Thomas Everson (Linus Roache), a country club swell who has been trying to keep Everson Steel and United together during a period of rising labor costs and increased competition from China, now faces a more pernicious threat from Merkin's team, which has mobilized to conquer the business his family built.
An alliance with Leo Tresler (David Rasche), a private-equity magnate who wants to destroy the junk-bond barbarians at the gate, is all that stands in the way of Everson and his workers losing their livelihoods.
Much of the plot of "Junk" concerns the machinations of this business battle. The cast of characters, which includes double-crossing lawyers, a U.S. attorney and arbitrageurs galore, represents a modern-day version of the barons jockeying for the crown in Shakespeare's English histories.
Merkin could stand as the play's protagonist, but "Junk" is really an ensemble piece. There isn't an overwhelming theatrical presence, which would be a weakness were the portrayals not so realistically convincing.
"The Big Short," which was based on real-life figures, turned its financiers into a band of outlandish eccentrics. The film was chockablock with characters. "Junk," which is more freely imagined, not stemming from one dominant nonfiction source, seems by contrast populated with actual business people.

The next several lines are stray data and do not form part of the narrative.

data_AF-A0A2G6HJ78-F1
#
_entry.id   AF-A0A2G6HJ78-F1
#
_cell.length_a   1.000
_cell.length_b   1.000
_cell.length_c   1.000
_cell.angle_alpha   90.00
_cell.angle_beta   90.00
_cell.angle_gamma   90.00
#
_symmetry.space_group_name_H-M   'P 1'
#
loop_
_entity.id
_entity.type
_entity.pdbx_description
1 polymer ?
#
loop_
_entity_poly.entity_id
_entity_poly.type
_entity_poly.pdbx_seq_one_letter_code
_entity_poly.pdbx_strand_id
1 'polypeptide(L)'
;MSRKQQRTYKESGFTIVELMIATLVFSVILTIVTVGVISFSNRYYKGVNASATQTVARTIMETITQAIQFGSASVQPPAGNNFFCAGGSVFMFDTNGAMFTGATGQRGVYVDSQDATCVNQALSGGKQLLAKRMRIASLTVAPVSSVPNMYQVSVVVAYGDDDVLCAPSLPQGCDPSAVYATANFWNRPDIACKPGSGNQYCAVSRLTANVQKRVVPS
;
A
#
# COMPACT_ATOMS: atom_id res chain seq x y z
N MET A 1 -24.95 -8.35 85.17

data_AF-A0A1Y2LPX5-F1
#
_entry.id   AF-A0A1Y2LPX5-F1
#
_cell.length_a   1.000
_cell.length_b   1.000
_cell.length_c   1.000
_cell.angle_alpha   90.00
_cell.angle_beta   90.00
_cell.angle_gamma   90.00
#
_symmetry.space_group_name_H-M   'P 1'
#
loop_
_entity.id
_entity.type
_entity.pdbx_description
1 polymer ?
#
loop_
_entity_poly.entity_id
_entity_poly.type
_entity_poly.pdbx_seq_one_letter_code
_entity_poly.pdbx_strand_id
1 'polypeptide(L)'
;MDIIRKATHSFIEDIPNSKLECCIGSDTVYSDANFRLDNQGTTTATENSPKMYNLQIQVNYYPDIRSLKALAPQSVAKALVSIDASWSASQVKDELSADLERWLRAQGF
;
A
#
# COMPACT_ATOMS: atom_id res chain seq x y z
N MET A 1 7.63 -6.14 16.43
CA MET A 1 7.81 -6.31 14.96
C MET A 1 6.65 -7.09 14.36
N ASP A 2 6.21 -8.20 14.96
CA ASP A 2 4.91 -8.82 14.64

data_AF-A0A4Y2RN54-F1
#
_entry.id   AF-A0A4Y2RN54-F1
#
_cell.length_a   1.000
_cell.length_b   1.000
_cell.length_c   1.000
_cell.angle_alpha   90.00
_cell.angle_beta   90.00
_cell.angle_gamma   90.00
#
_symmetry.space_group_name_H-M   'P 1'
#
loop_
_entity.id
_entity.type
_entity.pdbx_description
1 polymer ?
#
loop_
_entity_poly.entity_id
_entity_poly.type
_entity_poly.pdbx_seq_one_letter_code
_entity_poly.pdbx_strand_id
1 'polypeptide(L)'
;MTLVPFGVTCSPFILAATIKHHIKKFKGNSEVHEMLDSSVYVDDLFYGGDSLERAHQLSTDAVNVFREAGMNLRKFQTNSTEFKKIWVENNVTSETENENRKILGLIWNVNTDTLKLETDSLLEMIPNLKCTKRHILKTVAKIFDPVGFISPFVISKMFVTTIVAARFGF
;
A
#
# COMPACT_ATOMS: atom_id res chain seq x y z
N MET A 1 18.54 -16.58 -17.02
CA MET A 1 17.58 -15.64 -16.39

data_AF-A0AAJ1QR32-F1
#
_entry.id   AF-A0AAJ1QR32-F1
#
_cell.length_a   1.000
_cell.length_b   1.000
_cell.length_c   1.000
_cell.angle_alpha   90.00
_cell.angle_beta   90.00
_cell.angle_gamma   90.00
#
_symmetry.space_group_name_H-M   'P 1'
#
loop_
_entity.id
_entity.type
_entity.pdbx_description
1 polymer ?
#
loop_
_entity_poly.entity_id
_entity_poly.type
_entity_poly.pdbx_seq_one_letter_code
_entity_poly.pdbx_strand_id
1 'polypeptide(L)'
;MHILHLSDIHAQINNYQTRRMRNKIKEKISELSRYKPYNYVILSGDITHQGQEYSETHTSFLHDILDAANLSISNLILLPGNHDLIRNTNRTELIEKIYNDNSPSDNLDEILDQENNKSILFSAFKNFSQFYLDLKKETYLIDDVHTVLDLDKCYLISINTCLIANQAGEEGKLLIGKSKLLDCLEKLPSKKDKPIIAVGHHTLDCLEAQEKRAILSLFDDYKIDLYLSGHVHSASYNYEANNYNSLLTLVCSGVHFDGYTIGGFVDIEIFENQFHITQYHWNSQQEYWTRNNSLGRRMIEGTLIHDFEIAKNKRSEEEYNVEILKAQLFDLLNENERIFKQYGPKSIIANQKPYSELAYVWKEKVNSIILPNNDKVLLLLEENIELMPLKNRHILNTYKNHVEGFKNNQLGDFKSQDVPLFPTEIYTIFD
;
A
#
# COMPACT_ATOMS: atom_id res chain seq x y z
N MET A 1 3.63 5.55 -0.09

Cooke's Merkin is attractively bland. He doesn't want the spotlight, which would only invite undue scrutiny of his questionable business practices. He's a free market evangelist who understands that globalization has changed the American economy for good — and there's no point in deluding ourselves otherwise.
Akhtar has a provocative way of putting truth in the mouths of his devils. There are no saints, but the good guys and gals are skilled at self-deception. Money drives everyone to extremes.
What's most impressive about "Junk" is the brilliant way Akhtar crunches the social, political and economic data of this greedy new world, a precursor to the way we live today. The play ensnares you with the reach and penetration of its thinking.
In truth, the intellectual synthesis is ultimately more seductive than the story itself. Akhtar comes up short when he tries to psychologically account for motivations or when he grows philosophical about the boundlessness of desire. But the play is spot-on in its understanding of the way ethics and economics bleed into each other.
Unfolding on a split-level set designed by John Lee Beatty that is divided into cubicle-like rooms partitioned with mirrors, the play moves at an epic clip from L.A. to New York to the steel mills of Reading, Penn. The ambience, intensified by Ben Stanton's lighting, remains darkly, almost menacingly corporate.
In "Junk," Akhtar has written a modern-day morality tale that scrupulously questions the possibility of moral choice in a world where money, the new might, now makes right.
'Junk: The Golden Age of Debt'
Where: La Jolla Playhouse, 2910 La Jolla Village Drive, La Jolla
When: 7:30 p.m. Tuesdays-Wednesdays, 8 p.m. Thursdays-Fridays, 2 and 8 p.m. Saturdays, 2 and 7 p.m. Sundays. Ends Aug. 21
Tickets: Start at $20
Info: (858) 550-1010 or www.lajollaplayhouse.org
Running time: 2 hours, 30 minutes